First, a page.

International architectural firm Studio Mortazavi has teamed up with Colorado-based nonprofit Thinking Huts to propose designs for the world’s first 3D-printed school to be located in southern Madagascar. Developed to improve access to education in remote and impoverished areas, the modular concept taps into 3D printing for its low-carbon benefits and ability to shorten construction time from months to a matter of days. The design team, which has also partnered with Finland-based 3D technology company Hyperion Robotics and local Madagascar university EMIT, hopes to break ground on the pilot project in 2021.
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According to UNESCO, over 260 million children around the world lack access to education — a staggering number that includes over half of Madagascar’s 1.3 million primary-age children, who are not enrolled in school due to classroom overcrowding. As a result, Thinking Huts and Studio Mortazavi chose southern Madagascar for the pilot site, not only because of the pressing need for more educational infrastructure but also because of the country’s economic growth potential, political stability and optimal conditions for solar harvesting.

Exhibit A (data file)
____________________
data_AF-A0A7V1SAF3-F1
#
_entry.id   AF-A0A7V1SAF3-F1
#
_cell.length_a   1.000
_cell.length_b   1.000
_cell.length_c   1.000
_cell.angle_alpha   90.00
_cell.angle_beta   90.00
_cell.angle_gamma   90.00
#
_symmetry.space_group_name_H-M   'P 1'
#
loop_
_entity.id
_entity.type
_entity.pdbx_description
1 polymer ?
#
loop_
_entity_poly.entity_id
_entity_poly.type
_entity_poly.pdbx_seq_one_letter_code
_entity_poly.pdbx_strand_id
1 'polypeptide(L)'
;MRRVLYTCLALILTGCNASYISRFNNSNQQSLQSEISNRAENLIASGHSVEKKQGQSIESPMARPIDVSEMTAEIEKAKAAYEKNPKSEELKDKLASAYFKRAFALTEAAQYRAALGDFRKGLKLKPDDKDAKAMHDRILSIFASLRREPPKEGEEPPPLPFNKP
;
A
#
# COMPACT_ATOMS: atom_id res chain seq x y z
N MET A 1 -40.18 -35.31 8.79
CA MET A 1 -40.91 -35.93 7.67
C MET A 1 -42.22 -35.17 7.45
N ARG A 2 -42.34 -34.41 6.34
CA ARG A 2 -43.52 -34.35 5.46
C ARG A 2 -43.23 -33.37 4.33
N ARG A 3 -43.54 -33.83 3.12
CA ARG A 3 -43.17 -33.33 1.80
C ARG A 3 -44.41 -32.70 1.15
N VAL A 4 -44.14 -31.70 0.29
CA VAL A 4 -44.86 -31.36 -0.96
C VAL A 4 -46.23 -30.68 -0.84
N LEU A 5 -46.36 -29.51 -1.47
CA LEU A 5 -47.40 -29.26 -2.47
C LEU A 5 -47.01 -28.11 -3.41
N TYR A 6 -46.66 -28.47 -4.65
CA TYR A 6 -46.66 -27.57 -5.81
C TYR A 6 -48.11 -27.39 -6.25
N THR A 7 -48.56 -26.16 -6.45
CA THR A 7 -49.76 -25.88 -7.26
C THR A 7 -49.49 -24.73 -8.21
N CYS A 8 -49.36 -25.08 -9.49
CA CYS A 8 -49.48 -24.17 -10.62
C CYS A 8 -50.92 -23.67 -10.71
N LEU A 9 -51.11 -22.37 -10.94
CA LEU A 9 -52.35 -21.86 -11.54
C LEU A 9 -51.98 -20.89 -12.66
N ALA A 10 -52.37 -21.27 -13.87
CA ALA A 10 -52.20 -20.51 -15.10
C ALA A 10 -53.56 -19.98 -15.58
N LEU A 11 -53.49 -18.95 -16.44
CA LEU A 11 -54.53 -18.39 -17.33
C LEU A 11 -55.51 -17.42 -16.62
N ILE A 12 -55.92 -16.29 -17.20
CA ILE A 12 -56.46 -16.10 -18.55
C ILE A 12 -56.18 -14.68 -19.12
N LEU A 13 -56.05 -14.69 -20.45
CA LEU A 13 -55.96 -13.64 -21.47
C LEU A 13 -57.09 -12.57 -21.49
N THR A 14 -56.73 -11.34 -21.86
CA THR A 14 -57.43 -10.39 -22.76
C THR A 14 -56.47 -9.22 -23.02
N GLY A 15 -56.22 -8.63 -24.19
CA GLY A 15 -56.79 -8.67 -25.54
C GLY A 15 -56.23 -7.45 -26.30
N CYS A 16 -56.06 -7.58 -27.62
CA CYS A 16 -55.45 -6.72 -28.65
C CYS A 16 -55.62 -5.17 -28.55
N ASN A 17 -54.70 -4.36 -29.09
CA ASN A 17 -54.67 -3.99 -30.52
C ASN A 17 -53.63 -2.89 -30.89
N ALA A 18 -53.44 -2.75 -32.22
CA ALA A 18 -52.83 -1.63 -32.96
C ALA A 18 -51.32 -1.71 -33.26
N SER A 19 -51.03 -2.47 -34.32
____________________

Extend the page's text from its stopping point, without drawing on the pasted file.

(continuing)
The 3D-printed pilot school will follow a low-cost modular design for scalability and adaptability. Inspired by a beehive, each wedge-shaped module will be printed from clay with natural pigments from the local landscape, then joined together with other units into a variety of configurations. Each module can be used as a standalone classroom that accommodates 20 children with space for a library, reading area, whiteboard desks and chairs, two individual toilets, a shared sink and storage. The modules can also be easily adapted for other uses such as a dance studio, woodworking shop and even housing. The eco-minded prototype project is expected to feature a vertical garden on the outside of its 3D-printed walls as well as rooftop solar panels and a rainwater harvesting system.
“We are thrilled to be working with Studio Mortazavi who is at the forefront of design and innovation, forming a strong partnership that values sustainability within the construction industry as we seek to increase access to education via 3D-printed schools,” said Maggie Grout, founder of Thinking Huts. “We believe education is the vital catalyst to solving global issues ranging from gender inequality to poverty; achievable through local partnerships, we are building a future where communities have the necessary infrastructure to ensure that education is accessible to all.”
Once the prototype project is complete, Thinking Huts hopes to build three additional schools with its materials partner LafargeHolcim in Madagascar’s Ibity.
Images via Thinking Huts